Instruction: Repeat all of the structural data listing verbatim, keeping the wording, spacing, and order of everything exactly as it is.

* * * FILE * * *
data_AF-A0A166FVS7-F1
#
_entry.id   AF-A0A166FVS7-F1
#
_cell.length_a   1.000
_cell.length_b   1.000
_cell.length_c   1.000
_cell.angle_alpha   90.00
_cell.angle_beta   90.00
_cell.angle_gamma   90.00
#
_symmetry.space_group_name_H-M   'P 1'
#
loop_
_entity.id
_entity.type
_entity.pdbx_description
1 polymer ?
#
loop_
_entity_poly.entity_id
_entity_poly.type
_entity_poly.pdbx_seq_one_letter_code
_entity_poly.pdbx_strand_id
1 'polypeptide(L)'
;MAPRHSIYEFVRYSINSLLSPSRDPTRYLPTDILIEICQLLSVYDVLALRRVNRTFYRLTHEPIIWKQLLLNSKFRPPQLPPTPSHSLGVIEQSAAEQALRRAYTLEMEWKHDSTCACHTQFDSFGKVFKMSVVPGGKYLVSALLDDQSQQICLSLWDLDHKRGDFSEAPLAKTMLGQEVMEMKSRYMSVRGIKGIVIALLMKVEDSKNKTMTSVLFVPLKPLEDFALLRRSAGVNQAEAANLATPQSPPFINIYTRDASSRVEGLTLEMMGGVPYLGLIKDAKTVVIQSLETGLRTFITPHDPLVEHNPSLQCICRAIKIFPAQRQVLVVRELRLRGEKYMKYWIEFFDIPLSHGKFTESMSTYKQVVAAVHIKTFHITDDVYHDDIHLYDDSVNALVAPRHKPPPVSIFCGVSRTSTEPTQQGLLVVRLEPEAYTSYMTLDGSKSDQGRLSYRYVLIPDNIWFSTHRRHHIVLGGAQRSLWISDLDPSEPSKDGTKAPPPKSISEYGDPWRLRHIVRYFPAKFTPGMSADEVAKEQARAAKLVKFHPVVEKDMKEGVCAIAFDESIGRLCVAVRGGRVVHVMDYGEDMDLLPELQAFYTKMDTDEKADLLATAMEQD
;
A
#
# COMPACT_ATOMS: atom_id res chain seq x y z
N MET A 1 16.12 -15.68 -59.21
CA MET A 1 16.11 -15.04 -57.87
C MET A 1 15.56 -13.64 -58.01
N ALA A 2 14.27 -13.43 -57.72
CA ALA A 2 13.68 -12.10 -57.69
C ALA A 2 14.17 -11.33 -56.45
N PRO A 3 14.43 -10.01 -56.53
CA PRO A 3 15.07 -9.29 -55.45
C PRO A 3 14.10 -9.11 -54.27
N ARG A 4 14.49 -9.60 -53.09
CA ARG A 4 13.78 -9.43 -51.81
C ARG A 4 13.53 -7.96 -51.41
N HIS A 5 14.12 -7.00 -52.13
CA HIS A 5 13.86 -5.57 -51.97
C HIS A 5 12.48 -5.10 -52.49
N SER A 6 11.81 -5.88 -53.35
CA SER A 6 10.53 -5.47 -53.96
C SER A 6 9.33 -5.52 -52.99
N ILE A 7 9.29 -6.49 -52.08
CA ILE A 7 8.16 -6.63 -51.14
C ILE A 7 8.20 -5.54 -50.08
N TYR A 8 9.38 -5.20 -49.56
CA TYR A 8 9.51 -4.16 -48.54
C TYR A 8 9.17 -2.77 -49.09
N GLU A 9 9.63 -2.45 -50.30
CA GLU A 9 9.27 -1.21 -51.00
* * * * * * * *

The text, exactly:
data_AF-A0A166FVS7-F1
#
_entry.id   AF-A0A166FVS7-F1
#
_cell.length_a   1.000
_cell.length_b   1.000
_cell.length_c   1.000
_cell.angle_alpha   90.00
_cell.angle_beta   90.00
_cell.angle_gamma   90.00
#
_symmetry.space_group_name_H-M   'P 1'
#
loop_
_entity.id
_entity.type
_entity.pdbx_description
1 polymer ?
#
loop_
_entity_poly.entity_id
_entity_poly.type
_entity_poly.pdbx_seq_one_letter_code
_entity_poly.pdbx_strand_id
1 'polypeptide(L)'
;MAPRHSIYEFVRYSINSLLSPSRDPTRYLPTDILIEICQLLSVYDVLALRRVNRTFYRLTHEPIIWKQLLLNSKFRPPQLPPTPSHSLGVIEQSAAEQALRRAYTLEMEWKHDSTCACHTQFDSFGKVFKMSVVPGGKYLVSALLDDQSQQICLSLWDLDHKRGDFSEAPLAKTMLGQEVMEMKSRYMSVRGIKGIVIALLMKVEDSKNKTMTSVLFVPLKPLEDFALLRRSAGVNQAEAANLATPQSPPFINIYTRDASSRVEGLTLEMMGGVPYLGLIKDAKTVVIQSLETGLRTFITPHDPLVEHNPSLQCICRAIKIFPAQRQVLVVRELRLRGEKYMKYWIEFFDIPLSHGKFTESMSTYKQVVAAVHIKTFHITDDVYHDDIHLYDDSVNALVAPRHKPPPVSIFCGVSRTSTEPTQQGLLVVRLEPEAYTSYMTLDGSKSDQGRLSYRYVLIPDNIWFSTHRRHHIVLGGAQRSLWISDLDPSEPSKDGTKAPPPKSISEYGDPWRLRHIVRYFPAKFTPGMSADEVAKEQARAAKLVKFHPVVEKDMKEGVCAIAFDESIGRLCVAVRGGRVVHVMDYGEDMDLLPELQAFYTKMDTDEKADLLATAMEQD
;
A
#
# COMPACT_ATOMS: atom_id res chain seq x y z
N MET A 1 16.12 -15.68 -59.21
CA MET A 1 16.11 -15.04 -57.87
C MET A 1 15.56 -13.64 -58.01
N ALA A 2 14.27 -13.43 -57.72
CA ALA A 2 13.68 -12.10 -57.69
C ALA A 2 14.17 -11.33 -56.45
N PRO A 3 14.43 -10.01 -56.53
CA PRO A 3 15.07 -9.29 -55.45
C PRO A 3 14.10 -9.11 -54.27
N ARG A 4 14.49 -9.60 -53.09
CA ARG A 4 13.78 -9.43 -51.81
C ARG A 4 13.53 -7.96 -51.41
N HIS A 5 14.12 -7.00 -52.13
CA HIS A 5 13.86 -5.57 -51.97
C HIS A 5 12.48 -5.10 -52.49
N SER A 6 11.81 -5.88 -53.35
CA SER A 6 10.53 -5.47 -53.96
C SER A 6 9.33 -5.52 -52.99
N ILE A 7 9.29 -6.49 -52.08
CA ILE A 7 8.16 -6.63 -51.14
C ILE A 7 8.20 -5.54 -50.08
N TYR A 8 9.38 -5.20 -49.56
CA TYR A 8 9.51 -4.16 -48.54
C TYR A 8 9.17 -2.77 -49.09
N GLU A 9 9.63 -2.45 -50.30
CA GLU A 9 9.27 -1.21 -51.00